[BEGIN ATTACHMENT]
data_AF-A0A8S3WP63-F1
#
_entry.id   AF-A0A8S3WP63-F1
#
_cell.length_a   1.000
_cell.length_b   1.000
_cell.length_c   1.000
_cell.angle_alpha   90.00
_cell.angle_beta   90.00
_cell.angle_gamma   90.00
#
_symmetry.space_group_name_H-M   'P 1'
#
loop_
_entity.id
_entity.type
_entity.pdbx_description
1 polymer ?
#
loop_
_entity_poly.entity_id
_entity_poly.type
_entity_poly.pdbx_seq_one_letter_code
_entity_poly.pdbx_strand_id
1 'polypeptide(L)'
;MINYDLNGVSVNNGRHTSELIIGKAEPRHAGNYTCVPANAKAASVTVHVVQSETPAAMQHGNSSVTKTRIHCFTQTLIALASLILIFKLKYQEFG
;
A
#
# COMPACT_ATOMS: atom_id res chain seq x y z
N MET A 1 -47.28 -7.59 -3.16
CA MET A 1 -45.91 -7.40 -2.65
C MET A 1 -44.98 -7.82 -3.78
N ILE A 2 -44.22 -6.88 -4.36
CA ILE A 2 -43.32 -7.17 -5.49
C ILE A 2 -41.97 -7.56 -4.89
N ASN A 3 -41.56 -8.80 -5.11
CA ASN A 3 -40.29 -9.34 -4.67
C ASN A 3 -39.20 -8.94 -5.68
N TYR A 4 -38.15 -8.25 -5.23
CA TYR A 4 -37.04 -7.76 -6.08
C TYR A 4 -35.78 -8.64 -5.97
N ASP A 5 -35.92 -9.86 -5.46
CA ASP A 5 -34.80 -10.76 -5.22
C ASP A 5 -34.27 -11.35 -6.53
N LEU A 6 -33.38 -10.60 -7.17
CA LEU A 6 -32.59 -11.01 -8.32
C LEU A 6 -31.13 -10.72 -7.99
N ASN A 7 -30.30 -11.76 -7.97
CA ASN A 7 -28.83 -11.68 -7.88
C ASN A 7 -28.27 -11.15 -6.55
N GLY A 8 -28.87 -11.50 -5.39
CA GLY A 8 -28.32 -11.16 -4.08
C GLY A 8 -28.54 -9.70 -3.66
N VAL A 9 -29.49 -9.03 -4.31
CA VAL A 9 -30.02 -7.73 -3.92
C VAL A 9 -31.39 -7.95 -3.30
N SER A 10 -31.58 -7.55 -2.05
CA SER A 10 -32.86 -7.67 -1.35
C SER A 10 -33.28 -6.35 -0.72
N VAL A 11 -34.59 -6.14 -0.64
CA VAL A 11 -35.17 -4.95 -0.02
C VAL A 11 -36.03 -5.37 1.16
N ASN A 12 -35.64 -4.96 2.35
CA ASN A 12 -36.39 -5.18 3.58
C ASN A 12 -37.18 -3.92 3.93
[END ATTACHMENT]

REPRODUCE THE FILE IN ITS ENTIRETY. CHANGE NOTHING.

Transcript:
data_AF-A0A8S3WP63-F1
#
_entry.id   AF-A0A8S3WP63-F1
#
_cell.length_a   1.000
_cell.length_b   1.000
_cell.length_c   1.000
_cell.angle_alpha   90.00
_cell.angle_beta   90.00
_cell.angle_gamma   90.00
#
_symmetry.space_group_name_H-M   'P 1'
#
loop_
_entity.id
_entity.type
_entity.pdbx_description
1 polymer ?
#
loop_
_entity_poly.entity_id
_entity_poly.type
_entity_poly.pdbx_seq_one_letter_code
_entity_poly.pdbx_strand_id
1 'polypeptide(L)'
;MINYDLNGVSVNNGRHTSELIIGKAEPRHAGNYTCVPANAKAASVTVHVVQSETPAAMQHGNSSVTKTRIHCFTQTLIALASLILIFKLKYQEFG
;
A
#
# COMPACT_ATOMS: atom_id res chain seq x y z
N MET A 1 -47.28 -7.59 -3.16
CA MET A 1 -45.91 -7.40 -2.65
C MET A 1 -44.98 -7.82 -3.78
N ILE A 2 -44.22 -6.88 -4.36
CA ILE A 2 -43.32 -7.17 -5.49
C ILE A 2 -41.97 -7.56 -4.89
N ASN A 3 -41.56 -8.80 -5.11
CA ASN A 3 -40.29 -9.34 -4.67
C ASN A 3 -39.20 -8.94 -5.68
N TYR A 4 -38.15 -8.25 -5.23
CA TYR A 4 -37.04 -7.76 -6.08
C TYR A 4 -35.78 -8.64 -5.97
N ASP A 5 -35.92 -9.86 -5.46
CA ASP A 5 -34.80 -10.76 -5.22
C ASP A 5 -34.27 -11.35 -6.53
N LEU A 6 -33.38 -10.60 -7.17
CA LEU A 6 -32.59 -11.01 -8.32
C LEU A 6 -31.13 -10.72 -7.99
N ASN A 7 -30.30 -11.76 -7.97
CA ASN A 7 -28.83 -11.68 -7.88
C ASN A 7 -28.27 -11.15 -6.55
N GLY A 8 -28.87 -11.50 -5.39
CA GLY A 8 -28.32 -11.16 -4.08
C GLY A 8 -28.54 -9.70 -3.66
N VAL A 9 -29.49 -9.03 -4.31
CA VAL A 9 -30.02 -7.73 -3.92
C VAL A 9 -31.39 -7.95 -3.30
N SER A 10 -31.58 -7.55 -2.05
CA SER A 10 -32.86 -7.67 -1.35
C SER A 10 -33.28 -6.35 -0.72
N VAL A 11 -34.59 -6.14 -0.64
CA VAL A 11 -35.17 -4.95 -0.02
C VAL A 11 -36.03 -5.37 1.16
N ASN A 12 -35.64 -4.96 2.35
CA ASN A 12 -36.39 -5.18 3.58
C ASN A 12 -37.18 -3.92 3.93